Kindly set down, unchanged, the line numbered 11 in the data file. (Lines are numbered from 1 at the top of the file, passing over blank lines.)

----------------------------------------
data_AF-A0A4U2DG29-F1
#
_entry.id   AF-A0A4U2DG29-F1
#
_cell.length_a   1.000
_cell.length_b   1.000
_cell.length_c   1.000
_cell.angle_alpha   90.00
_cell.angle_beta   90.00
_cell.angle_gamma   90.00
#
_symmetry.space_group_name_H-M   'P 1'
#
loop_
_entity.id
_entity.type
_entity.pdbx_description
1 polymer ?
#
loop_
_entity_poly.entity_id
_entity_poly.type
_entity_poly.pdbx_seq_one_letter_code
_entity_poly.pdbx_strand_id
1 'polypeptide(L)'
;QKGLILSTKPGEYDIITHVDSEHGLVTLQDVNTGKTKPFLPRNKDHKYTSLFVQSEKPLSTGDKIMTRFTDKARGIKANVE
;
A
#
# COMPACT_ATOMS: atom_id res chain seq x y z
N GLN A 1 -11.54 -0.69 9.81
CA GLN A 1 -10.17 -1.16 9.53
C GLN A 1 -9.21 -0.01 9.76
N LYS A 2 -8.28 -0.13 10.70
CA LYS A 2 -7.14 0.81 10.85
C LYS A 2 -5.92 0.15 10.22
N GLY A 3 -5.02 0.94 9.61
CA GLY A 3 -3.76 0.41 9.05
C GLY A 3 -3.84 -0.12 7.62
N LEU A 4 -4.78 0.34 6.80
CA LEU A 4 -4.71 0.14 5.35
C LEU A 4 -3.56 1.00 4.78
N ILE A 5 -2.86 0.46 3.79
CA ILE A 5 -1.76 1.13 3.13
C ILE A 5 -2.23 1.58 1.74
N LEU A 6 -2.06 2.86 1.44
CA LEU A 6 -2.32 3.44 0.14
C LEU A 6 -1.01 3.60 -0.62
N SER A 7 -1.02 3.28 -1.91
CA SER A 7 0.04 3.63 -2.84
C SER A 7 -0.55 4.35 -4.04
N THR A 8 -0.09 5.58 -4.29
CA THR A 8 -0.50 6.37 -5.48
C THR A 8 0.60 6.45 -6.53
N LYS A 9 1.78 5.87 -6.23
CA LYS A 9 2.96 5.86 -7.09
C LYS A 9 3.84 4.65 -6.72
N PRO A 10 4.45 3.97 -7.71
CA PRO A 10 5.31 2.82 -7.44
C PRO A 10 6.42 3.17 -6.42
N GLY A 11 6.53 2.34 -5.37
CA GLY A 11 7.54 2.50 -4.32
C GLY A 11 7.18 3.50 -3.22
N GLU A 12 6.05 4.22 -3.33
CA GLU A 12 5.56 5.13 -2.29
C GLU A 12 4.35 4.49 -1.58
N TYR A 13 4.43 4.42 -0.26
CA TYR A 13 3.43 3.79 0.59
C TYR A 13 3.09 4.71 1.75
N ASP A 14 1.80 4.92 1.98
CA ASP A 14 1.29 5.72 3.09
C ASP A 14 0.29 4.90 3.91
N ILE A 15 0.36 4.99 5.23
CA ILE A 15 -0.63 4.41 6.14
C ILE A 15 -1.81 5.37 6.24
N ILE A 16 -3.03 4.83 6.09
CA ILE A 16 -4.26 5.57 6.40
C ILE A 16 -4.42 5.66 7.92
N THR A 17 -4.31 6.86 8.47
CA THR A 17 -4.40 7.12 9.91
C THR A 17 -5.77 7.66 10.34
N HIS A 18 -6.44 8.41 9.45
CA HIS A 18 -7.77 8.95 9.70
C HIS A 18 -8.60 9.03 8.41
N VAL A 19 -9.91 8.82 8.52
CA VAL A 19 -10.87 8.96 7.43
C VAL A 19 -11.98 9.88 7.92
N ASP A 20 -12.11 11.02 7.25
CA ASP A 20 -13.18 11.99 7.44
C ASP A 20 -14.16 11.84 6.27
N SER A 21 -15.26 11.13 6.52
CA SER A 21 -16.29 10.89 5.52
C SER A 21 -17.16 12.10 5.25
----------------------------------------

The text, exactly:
#